BP’s request to halt oil-spill damage payments to be heard on Friday

BP 435x292 BP’s request to halt oil spill damage payments to be heard on FridayAs BP’s blown-out Macondo well gushed oil in the Gulf of Mexico throughout the spring and summer of 2010, BP engineers tried repeatedly to cap the runaway well and kill the oil spill, and repeatedly they failed. Now, years later, the BP legal team’s strategies mirror that frantic effort, only instead of capping oil, its lawyers are trying to stop the financial bleeding by fighting damage claims.

The settlement that defines who is entitled to oil-spill damages and how those damages are calculated, like the Macondo well itself, is a product of BP’s design and approval. Facing the true scope of the Deepwater Horizon disaster’s impact, BP is back-pedaling and doing what it can to change the settlement terms it helped craft, including taking out ads in several national newspapers to portray itself as the victim.

On Tuesday, BP asked U.S. District Judge Carl Barbier in New Orleans to halt all settlement payments to individuals and businesses who filed claims for oil-spill related damages. The company alleges that many claims payments are excessive and even fraudulent, and that those claims are doing “irreparable harm” to the company.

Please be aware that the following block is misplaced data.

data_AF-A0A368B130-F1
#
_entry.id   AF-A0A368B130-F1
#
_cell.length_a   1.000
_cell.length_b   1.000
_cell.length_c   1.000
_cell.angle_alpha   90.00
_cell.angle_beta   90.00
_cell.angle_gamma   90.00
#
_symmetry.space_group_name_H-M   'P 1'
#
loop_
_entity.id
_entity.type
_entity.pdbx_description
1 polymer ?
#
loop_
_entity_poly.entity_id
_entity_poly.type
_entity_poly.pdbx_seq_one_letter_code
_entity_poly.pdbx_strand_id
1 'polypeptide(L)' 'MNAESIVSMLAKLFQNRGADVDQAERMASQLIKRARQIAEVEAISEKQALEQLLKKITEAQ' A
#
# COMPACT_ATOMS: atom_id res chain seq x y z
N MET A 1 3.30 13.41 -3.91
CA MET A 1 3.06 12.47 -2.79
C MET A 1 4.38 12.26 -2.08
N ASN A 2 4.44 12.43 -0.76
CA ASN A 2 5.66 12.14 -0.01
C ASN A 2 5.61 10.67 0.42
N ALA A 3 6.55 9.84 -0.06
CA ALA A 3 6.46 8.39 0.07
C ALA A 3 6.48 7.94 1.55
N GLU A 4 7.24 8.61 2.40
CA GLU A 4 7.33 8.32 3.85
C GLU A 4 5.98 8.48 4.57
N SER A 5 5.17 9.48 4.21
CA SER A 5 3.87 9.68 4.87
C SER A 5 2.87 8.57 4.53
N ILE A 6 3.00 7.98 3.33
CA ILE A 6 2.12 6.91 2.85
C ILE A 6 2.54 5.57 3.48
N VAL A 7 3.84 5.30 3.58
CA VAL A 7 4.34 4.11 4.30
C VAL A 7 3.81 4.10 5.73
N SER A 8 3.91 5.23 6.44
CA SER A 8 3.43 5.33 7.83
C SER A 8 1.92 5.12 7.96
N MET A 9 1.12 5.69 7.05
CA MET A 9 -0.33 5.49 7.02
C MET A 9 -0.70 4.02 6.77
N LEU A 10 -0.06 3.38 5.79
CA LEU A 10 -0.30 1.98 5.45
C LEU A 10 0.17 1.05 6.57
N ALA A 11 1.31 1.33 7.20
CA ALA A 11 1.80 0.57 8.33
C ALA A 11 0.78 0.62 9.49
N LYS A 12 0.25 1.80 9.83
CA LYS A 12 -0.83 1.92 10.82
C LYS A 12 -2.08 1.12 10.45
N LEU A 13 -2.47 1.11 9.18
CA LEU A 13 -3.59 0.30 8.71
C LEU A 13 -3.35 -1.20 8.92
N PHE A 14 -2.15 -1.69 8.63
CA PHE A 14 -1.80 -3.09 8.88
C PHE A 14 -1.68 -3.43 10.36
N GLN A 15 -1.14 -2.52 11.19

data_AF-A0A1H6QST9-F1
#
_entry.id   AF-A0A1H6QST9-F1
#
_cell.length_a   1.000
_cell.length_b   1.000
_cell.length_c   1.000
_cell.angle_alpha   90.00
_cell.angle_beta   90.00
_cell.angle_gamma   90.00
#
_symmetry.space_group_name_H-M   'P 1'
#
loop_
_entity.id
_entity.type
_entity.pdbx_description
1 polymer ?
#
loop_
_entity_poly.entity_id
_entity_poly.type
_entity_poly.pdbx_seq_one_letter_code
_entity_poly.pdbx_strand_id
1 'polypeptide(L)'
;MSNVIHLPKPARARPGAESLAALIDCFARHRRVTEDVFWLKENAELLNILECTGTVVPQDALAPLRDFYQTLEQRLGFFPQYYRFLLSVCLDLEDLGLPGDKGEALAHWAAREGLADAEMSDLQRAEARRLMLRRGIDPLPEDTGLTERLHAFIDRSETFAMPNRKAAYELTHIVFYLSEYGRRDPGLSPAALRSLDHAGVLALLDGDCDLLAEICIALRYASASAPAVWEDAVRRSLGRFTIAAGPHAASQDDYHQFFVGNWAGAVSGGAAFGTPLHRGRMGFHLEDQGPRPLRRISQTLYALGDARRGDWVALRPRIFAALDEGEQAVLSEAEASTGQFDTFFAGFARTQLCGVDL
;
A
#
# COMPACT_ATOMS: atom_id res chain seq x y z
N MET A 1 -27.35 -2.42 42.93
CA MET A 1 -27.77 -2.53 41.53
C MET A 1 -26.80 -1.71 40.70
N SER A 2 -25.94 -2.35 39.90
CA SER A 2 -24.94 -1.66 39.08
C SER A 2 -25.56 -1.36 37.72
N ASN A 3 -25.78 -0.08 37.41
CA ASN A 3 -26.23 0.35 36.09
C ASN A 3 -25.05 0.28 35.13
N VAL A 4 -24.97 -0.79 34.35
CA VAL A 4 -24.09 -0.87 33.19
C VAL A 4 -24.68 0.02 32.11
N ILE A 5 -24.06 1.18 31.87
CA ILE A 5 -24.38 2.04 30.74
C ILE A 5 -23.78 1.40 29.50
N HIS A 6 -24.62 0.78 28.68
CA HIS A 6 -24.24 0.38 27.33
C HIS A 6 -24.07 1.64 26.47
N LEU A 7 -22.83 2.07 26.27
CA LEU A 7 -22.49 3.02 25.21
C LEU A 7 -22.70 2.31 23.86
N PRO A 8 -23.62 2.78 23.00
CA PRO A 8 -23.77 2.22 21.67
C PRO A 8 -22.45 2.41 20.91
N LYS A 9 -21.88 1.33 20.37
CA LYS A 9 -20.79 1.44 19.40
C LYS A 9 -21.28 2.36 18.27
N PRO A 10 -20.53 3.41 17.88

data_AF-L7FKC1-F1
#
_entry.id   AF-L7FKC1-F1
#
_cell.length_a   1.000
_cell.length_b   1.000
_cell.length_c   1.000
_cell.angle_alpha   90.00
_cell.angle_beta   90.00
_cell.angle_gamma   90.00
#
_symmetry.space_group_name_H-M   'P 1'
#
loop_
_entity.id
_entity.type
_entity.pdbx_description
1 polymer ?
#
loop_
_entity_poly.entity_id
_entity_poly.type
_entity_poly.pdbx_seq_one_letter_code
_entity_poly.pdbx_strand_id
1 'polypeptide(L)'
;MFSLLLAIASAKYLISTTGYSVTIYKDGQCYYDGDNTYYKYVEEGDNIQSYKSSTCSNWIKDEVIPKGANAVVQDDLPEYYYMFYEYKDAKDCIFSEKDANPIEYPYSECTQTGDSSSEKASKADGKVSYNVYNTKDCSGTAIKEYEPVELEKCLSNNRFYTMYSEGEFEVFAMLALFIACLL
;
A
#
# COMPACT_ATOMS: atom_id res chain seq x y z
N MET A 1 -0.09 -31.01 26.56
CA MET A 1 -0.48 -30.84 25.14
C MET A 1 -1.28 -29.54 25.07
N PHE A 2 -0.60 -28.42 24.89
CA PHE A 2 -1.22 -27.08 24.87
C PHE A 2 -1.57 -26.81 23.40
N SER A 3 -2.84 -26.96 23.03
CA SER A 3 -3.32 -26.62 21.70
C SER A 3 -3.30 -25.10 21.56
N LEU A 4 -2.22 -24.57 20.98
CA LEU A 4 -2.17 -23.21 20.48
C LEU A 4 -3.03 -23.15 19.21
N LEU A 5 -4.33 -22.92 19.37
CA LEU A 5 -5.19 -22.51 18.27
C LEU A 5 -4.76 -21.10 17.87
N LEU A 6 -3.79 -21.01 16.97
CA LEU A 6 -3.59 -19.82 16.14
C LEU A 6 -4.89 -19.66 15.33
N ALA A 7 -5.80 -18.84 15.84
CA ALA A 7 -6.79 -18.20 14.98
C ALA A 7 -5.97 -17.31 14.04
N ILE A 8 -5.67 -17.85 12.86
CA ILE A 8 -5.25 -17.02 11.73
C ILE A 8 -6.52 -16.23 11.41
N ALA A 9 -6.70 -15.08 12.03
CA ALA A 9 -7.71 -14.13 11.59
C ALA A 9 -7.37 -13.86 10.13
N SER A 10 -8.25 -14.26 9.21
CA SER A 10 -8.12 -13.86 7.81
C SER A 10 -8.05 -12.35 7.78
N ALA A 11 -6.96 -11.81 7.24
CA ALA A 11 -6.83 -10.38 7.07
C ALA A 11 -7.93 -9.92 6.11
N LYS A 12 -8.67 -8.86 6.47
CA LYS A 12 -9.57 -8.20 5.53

Judge Barbier said that BP’s request to temporarily stop claims payments will get a hearing on Friday.

The judge refused BP’s April request to block billions of dollars in payments to businesses. The company argued that the court and claims administrator Patrick Juneau had misinterpreted the settlement terms, causing the company to spend more than it expected to resolve the claims. BP appealed the decision and had a hearing on the issue last week, but the court hasn’t indicated how long its decision would take.

BP also asked Judge Barbier for an injunction blocking payments on March 15, but the judge upheld the settlement terms in that case as well.

Some plaintiff’s lawyers suspect that BP’s objections to the settlement stem from a case of “buyer’s remorse,” exacerbated by underestimating how much the settlement would cost. The company originally figured it would pay about $7.8 billion to resolve the outstanding claims, but it exceeded that amount weeks ago and many more unresolved claims are pending.


Associated Press